Market Potential for Reclaiming CCA from Decommissioned Utility Poles

Port-Orford cedar (Chamaecyparis lawsoniana), Alaska yellow cedar (Chamaecyparis nootkatensis), and Eastern red cedar (Juniperus virginiana) were submitted to supercritical fluid extraction with CO2 (SCC) and Soxhlet extracted (SE) with hexane. The components in the extracted oils were identified by GC-MS. The oils were evaluated against two common wood decay fungi, brown-rot fungus (Gloeophyllum trabeum) and white-rot fungus (Trametes versicolor). The SCC extraction yields of J. virginiana, C. nootkatensis, and C. lawsoniana were 3.27%, 3.22%, and 3.29%, respectively. The SE yields of J. virginiana, C. nootkatensis, and C. lawsoniana were 0.80%, 0.71%, and 1.52%, respectively. The statistical analysis showed that SCC extracted cedar oils had higher antifungal activities than SE cedar oils against both fungi. In vitro studies showed that C. nootkatensis oils have the strongest antifungal activity, followed by C. lawsoniana, and J. virginiana oil.

Natural Wood Durability

The relationship between chemical composition and durability in wood was first reported by Hawley et al. (1924). Some heartwood has the inherent ability to resist biological degradation, often referred to as ‘‘natural durability’’ or ‘‘decay resistance’’ (Eaton and Hale 1993). Meanwhile, the relation between extractive content of heartwoods and their fungal tolerance is well established (see recent publications: Chedgy et al. 2007; Lim et al. 2007; Mburu et al. 2007; Kusuma and Tachibana 2008). Three North American important commercial wood species, Port-Orford cedar (Chamaecyparis lawsoniana), Alaska yellow cedar (Chamaecyparis nootkatensis), and Eastern red cedar (Juniperus virginiana) are known to have significant natural durability. Cedar species have been reported to have special bioactivity against termites and wood decay fungi (Liu 2004; Gao et al. 2008). Evaluations on antifungal properties (Gao et al. 2008), biocidal application (Dolan et al. 2007), and termiticidal activities (Liu 2004) of C. lawsoniana extracts have been reported. A chemical ecological study of the components of the essential oil of J. virginiana from different habitats was performed by Setzer et al. (1992). Volatile oil from J. virginiana, consisting primarily of cedrene (a terpene) and cedral has been used in perfumery (Heide et al. 1988; Semen and Hiziroglu 2005) and as an insect repellent. J. virginiana oil has been widely used in a very broad range of products owing to its unique properties, such as odor and repellency or toxicity to many pests.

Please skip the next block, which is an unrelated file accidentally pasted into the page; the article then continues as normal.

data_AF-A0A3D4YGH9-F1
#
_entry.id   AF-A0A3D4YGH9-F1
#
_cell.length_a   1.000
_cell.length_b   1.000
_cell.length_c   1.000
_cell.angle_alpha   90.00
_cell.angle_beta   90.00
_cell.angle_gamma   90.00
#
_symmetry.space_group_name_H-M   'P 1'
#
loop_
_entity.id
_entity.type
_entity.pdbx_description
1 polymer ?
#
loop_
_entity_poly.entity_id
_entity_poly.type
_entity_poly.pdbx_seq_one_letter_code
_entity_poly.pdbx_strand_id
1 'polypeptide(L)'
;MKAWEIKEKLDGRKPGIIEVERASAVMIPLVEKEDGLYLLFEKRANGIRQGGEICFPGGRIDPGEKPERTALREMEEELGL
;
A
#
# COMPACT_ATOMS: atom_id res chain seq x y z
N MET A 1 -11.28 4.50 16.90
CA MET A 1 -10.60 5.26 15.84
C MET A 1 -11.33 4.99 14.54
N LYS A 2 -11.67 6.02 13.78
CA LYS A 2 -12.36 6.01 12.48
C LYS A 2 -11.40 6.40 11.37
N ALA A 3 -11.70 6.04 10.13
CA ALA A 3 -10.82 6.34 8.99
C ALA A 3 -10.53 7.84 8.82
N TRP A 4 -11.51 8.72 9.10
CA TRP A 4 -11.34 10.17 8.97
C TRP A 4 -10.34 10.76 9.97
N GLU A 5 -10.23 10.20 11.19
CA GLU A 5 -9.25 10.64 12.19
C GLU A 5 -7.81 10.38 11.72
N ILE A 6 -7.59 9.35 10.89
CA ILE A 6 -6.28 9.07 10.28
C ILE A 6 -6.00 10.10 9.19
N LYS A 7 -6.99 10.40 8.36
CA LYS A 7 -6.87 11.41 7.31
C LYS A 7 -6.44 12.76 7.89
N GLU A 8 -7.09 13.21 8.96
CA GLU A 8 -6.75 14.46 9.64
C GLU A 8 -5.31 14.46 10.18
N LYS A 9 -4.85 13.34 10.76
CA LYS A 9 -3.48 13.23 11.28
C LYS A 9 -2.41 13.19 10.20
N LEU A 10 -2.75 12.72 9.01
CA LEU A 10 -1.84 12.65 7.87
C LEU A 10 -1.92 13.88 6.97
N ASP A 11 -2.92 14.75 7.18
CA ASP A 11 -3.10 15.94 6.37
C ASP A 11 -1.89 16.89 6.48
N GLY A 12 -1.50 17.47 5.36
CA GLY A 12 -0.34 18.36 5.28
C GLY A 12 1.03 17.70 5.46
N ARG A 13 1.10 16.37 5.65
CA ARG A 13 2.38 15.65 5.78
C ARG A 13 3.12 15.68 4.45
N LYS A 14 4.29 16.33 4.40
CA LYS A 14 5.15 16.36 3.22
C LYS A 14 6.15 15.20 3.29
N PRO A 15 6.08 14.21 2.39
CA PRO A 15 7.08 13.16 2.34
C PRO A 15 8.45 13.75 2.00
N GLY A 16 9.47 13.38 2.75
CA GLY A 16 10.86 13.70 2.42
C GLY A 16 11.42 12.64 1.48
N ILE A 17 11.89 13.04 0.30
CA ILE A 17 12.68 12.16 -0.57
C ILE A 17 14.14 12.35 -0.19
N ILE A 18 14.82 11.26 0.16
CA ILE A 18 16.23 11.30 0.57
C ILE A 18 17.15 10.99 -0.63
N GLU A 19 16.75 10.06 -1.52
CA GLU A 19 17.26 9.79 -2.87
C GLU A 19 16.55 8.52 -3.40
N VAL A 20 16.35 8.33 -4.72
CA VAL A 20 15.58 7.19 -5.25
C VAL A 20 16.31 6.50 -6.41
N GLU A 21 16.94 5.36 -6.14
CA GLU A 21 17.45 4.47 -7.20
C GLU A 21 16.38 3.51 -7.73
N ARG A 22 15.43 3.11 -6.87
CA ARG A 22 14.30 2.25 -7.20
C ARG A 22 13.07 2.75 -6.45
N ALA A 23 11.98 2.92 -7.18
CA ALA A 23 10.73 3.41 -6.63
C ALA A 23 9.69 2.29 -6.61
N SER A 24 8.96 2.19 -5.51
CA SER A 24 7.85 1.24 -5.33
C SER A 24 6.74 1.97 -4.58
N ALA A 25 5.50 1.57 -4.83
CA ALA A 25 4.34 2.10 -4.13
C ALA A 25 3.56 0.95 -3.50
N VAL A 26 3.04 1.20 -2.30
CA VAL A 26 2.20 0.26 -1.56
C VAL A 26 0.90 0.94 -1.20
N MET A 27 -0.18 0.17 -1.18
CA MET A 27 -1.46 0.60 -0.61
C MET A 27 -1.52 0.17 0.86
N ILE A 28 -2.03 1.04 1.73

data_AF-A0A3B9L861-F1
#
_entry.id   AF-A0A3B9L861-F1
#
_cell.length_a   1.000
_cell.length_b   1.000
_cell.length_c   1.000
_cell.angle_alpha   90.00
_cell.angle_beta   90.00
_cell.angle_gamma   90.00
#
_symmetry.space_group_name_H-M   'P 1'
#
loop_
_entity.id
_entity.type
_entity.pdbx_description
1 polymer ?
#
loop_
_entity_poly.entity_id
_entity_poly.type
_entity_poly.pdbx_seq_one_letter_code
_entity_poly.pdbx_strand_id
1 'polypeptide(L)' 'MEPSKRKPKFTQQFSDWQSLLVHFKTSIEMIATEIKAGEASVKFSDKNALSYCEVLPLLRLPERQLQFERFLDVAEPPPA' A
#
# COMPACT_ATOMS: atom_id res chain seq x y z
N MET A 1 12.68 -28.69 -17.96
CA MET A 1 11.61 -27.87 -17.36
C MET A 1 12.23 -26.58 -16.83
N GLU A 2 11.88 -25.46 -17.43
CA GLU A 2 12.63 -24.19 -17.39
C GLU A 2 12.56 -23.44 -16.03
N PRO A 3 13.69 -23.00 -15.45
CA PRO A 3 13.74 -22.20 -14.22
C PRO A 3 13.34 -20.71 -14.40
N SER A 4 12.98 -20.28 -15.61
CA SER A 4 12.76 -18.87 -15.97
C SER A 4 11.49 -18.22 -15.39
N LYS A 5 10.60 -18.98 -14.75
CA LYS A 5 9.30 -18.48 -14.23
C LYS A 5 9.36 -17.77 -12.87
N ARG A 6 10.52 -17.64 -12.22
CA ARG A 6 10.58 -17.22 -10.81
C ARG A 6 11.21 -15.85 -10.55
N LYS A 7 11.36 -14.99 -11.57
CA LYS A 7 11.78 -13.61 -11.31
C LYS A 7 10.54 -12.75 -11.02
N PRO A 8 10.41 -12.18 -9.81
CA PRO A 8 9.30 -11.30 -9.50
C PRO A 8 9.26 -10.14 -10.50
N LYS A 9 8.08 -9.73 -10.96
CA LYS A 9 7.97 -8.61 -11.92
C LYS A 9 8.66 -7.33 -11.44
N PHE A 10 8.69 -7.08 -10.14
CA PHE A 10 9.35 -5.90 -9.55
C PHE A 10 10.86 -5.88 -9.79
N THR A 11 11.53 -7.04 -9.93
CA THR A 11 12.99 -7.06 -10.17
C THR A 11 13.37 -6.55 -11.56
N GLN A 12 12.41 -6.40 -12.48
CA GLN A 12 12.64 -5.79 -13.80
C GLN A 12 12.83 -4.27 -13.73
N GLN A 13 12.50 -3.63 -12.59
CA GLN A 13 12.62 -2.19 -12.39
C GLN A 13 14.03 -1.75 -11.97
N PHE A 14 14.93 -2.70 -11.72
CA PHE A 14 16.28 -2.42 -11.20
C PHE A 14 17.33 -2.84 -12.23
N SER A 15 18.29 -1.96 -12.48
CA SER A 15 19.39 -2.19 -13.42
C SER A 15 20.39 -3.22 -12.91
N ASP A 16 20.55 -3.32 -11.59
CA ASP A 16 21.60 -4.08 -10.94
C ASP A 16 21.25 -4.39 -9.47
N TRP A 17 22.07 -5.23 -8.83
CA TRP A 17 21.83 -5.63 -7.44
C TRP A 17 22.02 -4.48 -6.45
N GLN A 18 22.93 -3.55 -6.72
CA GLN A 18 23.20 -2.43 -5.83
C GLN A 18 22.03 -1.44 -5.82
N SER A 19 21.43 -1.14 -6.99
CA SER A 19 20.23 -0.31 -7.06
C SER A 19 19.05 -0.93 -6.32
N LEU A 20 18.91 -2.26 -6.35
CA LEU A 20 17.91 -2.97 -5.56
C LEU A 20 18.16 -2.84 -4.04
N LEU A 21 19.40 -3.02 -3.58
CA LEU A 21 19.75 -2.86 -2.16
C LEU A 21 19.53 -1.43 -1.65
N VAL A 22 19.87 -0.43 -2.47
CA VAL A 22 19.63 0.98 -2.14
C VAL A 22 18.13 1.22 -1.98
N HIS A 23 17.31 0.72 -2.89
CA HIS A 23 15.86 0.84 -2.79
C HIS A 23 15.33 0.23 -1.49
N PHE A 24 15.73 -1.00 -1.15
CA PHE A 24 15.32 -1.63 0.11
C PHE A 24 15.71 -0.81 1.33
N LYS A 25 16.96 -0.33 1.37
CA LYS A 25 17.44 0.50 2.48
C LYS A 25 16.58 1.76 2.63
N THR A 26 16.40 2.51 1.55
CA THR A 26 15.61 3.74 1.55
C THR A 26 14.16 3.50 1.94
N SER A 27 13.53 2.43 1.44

Antibiotic Activity of Cedar Extractives

In addition, the antibiotic activities of C. nootkatensis have been studied extensively. For example, antimicrobial activity of essential oil from C. nootkatensis has been tested against anaerobic bacteria and yeast (Johnston et al. 2001). Heartwood extractives from C. nootkatensis have been tested for resistance to termites and fungi (Taylor et al. 2006). The composition of the leaf oil from C. nootkatensis has also been reported (Andersen and Syrdal 1970; Cheng and Von 1970). In most of these studies, conventional Soxhlet extraction (SE) was used, which is time consuming and requires organic solvents. Some bioactive components in cedar oils could be affected during SE. Supercritical CO2 (SCC) extraction has several advantages in extracting non-polar components of complex mixtures of natural products. The low viscosity and high diffusivity of SCC can result in higher extraction efficiencies and CO2 can be easily removed from the extract, leaving an extract that is uncontaminated by any solvent residue. However, SCC of these three cedar oils has been rarely reported (Eller and King 2000). The antifungal activities of these SCC-extracted oils has not been compared. The objectives of this research are to compare the extraction efficiency between hexane SE and SCC extraction, identify the main chemical components by GC-MS, compare the chemical composition of the extracts obtained by the two methods, and evaluate the antifungal activities of the SCC extracts of the three cedar woods.

Meet the Author

Dr. Todd Shupe is the President of Wood Science Consulting, LLC. He is a well-recognized expert on wood forensics, wood preservation, wood decay and degradation, and wood species identification. He has a broad background in new product development, quality management, and marketing and sales in both the public and private sectors. For more information please visit DrToddShupe.com.

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